Lined up in cavernous rooms at a state restaurant in Pyongyang, North Korean chefs carefully assemble their dishes, watched by crowds of onlookers at a cooking competition in a country that suffers chronic food shortages.
Around 300 cooks are competing in 40 different dishes over three days at North Korea’s national cooking competition, with the winners receiving cookbooks and equipment as well as diplomas and medals.
Onlookers — mostly women in warm winter coats — gathered around each station in the unheated venue, some of them filming the contestants at work on their mobile phones for future inspiration.
While the 1990s famine known as the Arduous March, when hundreds of thousands of people died, is in the past, North Korean agricultural yields are well below global averages and the country’s population remains severely undernourished.
“Chronic food insecurity and malnutrition is extensive,” the UN’s Food and Agriculture Organization said in its 2019 Needs and Priorities document this week.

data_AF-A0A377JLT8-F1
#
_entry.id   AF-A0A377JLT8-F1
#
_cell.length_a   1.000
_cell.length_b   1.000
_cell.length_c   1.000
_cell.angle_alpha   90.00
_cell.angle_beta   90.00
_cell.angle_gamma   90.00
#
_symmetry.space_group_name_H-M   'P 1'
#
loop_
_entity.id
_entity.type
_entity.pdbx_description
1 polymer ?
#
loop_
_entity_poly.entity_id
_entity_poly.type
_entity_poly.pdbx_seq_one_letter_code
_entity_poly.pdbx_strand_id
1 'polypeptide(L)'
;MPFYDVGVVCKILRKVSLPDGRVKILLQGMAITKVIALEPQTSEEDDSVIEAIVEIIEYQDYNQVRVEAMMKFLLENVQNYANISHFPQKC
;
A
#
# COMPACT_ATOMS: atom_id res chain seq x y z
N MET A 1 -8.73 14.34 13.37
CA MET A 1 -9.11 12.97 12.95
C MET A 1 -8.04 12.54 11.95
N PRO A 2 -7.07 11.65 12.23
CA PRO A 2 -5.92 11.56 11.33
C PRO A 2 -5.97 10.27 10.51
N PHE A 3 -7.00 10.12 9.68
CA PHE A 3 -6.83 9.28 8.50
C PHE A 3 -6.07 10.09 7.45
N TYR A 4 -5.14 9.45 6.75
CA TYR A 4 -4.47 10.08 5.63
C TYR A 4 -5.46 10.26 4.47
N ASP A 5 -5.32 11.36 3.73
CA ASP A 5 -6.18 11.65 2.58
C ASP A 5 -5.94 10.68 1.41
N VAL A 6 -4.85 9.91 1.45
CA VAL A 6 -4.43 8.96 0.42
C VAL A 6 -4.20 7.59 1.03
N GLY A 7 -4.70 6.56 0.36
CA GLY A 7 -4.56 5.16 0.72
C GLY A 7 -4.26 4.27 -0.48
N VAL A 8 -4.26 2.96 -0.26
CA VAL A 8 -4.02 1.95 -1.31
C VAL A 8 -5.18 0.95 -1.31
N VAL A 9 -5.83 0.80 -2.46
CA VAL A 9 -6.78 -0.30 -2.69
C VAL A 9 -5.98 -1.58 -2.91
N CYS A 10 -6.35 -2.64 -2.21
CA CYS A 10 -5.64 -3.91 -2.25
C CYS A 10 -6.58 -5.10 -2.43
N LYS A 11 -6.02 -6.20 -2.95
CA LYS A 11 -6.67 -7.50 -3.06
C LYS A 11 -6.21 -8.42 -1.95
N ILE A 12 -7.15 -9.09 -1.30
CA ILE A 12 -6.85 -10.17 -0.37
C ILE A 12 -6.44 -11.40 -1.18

No less than 43 percent of the population — 10.9 million people — are affected by food insecurity, it said, while one third of children do not receive the minimum acceptable diet, and one in five suffer from stunting caused by chronic malnutrition.
Leader Kim Jong Un’s answer to this is: potatoes.
Unlike rice paddies inundated with water, potatoes do not have to be grown on flat land, and Pyongyang is pushing the humble spud as a staple food. Potatoes yield 20 tonnes per hectare, while rice produces less than 10 tonnes.
Kim has visited a potato powder factory several times, pictured on one occasion last year lying back with officials on a mountain of tubers. According to the official KCNA news agency, Kim said that North Koreans should be told about the products “advantages and effectiveness and the methods of making various potato powder foods should be widely “propagandised” to them.”
At the state restaurant in Pyongyang, competition organiser Kim Kum Hun, of the central committee of the Korea Cooks Association is an enthusiast.
“Of course rice is our main food but bread and potato powder can be our staple food too,” he said.
Source: Agence France-Presse, published on Gulf Today